Women dairy farmers still thriving

As the only active women’s dairy cluster in Tailevu North, the Tailevu Northland Women have successfully endured challenges that would have otherwise broken them.

But the passion and drive to better provide for their families and in the process became experts in their chosen field were the two main factors that have proved the success of the group established four years ago.

Cluster Leader, Salote Madraitabua explained they had initially started with 20 members and over time, many dropped out along the way until they became the current number today, six.

 “We have encountered challenges resulting in the constant decline in our numbers till six of us were left. But we are happy that our bond and support has become stronger,” she said.

The other five members are Maria Dimotu, Kelera Cawai, Shareen Prasad, Suman Lata and Maneta Lakhan. They meet weekly every Wednesday with each member expected to pay a levy towards the ultimate goal of diversifying into vanilla farming.

“The objective of venturing into vanilla farming is to substitute the downfall periods in dairy farming when our milking cows become dry, which affects production and income. So the vanilla will generate income until normalcy returns,” she explained.

The women’s knowledge in dairy was enhanced thanks to trainings by Prime International on best practices in dairy farms especially calf rearing, which a majority of them do as part of the milk production chain on their respective farms.

Prime Consulting International Ltd implemented a five-year (2016-2020) programme of the Fiji Dairy Industry Development Initiative (FDIDI) intervention programme under the New Zealand Government.

The programme is part of a bilateral aid project supported by the Fiji and New Zealand Governments to improve the competitiveness and sustainability of Fiji’s dairy industry, with a particular focus on its smallholder farmers.

The Group learnt calf rearing practices that included how to conduct routine hygiene practices and regular health checks.

“We are fortunate that we are able to practice what we have learnt on our own farms and become better at it. Another exciting thing about dairy farming is birthing a cow, which is a very critical stage that needs close attention,” she said.

The Ministry of Agriculture conducted a training on vanilla farming with the women following receiving a request from the Group.

At Navunidrala settlement in Tonia, Kelera Cawai, 52, milks 20 cows producing 70 liters per day with her 82-year-old father, Taito Moroca.

She grew up with the smell of milk, helping out on their dairy farm where they produced ghee. This was sold at the Korovou market. From ghee they progressed to milking in the mornings and supplying to the chilling center.

Maria Dimotu with her husband Navin Prasad, a.k.a Taito Ramana have been helping with the milking of her father-in-law, Sarwan Prasad’s dairy farm in Naikasakasa, Tailevu.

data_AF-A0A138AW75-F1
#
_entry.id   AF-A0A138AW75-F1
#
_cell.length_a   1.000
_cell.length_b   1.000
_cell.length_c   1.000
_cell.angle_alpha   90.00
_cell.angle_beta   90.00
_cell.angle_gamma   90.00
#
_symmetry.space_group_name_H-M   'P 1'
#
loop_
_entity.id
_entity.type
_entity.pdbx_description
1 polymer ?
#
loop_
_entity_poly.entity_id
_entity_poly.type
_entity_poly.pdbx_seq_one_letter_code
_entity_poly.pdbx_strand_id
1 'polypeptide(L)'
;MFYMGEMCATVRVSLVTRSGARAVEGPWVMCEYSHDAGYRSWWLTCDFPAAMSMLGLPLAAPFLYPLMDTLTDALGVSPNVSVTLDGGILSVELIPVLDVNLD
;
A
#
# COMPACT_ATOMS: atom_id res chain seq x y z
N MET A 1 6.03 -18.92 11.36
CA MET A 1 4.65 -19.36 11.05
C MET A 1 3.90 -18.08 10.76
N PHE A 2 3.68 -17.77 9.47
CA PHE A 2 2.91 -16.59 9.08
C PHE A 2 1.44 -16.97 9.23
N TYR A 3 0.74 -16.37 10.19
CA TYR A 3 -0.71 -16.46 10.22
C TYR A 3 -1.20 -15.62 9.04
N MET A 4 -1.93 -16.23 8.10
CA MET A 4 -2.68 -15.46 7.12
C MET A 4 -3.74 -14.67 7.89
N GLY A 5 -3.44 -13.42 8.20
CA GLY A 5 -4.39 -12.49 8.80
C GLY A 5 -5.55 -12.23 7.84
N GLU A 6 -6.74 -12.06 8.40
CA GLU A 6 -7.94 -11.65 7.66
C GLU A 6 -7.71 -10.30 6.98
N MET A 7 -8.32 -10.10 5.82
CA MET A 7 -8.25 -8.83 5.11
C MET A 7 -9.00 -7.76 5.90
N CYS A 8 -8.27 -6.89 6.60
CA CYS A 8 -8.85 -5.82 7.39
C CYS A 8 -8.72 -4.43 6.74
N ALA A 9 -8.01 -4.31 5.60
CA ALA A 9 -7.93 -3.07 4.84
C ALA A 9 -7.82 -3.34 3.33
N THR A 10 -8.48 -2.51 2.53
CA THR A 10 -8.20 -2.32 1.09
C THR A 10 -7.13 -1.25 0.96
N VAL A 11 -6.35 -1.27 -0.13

As the family’s main source of income, the farm milks 20 cows. Maria’s job is specific. She rears calves, focusing on their welfare.

“It has always been stuck in my mind during milking, that milk is the end product. Therefore, we usually make sure the milking shed is always clean and despite rain, hail or shine – milking will go ahead,” she said.

In terms of caring for the young calves, Maria explains, she nurtures them the same way she tends and cares for her children; always making sure their milk is warm and they have their water at midday. This schedule is strictly followed with extra care taken when it rains, always ensuring the calves are warm.

In 2016, with the assistance of three milking cows from the Tailevu Men in Dairy, Shareen Prasad and her husband, Ajay Lesh Lakhan revived their dairy farm left idle by her father-in-law, following his passing.

“From the three cows that were producing about five liters daily, we decided to move ahead and with good practice we managed to increase our stock to ten where we increased our daily milk production to 70 liters,” Shareen said.

Before her husband quit his job as a minibus and truck driver to focus on milking, their six-year-old son would help out in the milking shed. 

“With the introduction of vanilla to the Group, I feel this can improve our dairy farm and be another source of income to support my family including our two young children,” Shareen said.

Suman Lata finds rearing calves most enjoyable.

“I was born into this field and I know about dairy. It is a good adventure because I like milking and looking after the calves. It is a challenging field and a good experience too when all family members take part. It is also a good way to introduce children into business,” Suman said.

Nestled on a hill overlooking the plains of Naikasakasa is the dairy farm which for the past eight years has been operated by 56-year-old Maneta Lakhan and her 21-year-old daughter, Kajal Lakhan. 

With a total stock of 60 cows of which 26 are for milking, the mother-and-daughter combination only milk in the mornings, producing 120 liters daily.

“It was a huge challenge for us when my husband passed away. There was no electricity, the road condition was poor and my daughters were still very young. But I had to do something to support us, so I took up dairy farming and picked up from where my husband left off. I had not done this before my husband but it was our only source of income and it was there so I took it up.”

Now, a seasoned dairy farmer Maneta has increased her stock from 18 milking cows, improved her paddock for feeding, and attended various trainings including calf rearing. The latter has made a difference to the mortality rate of her cows in the past years.

Through her dairy business, she was able to send her daughters to school and paid for the continued maintenance of her fences and shed materials damaged by cyclones, thus reinvesting back into her dairy farm.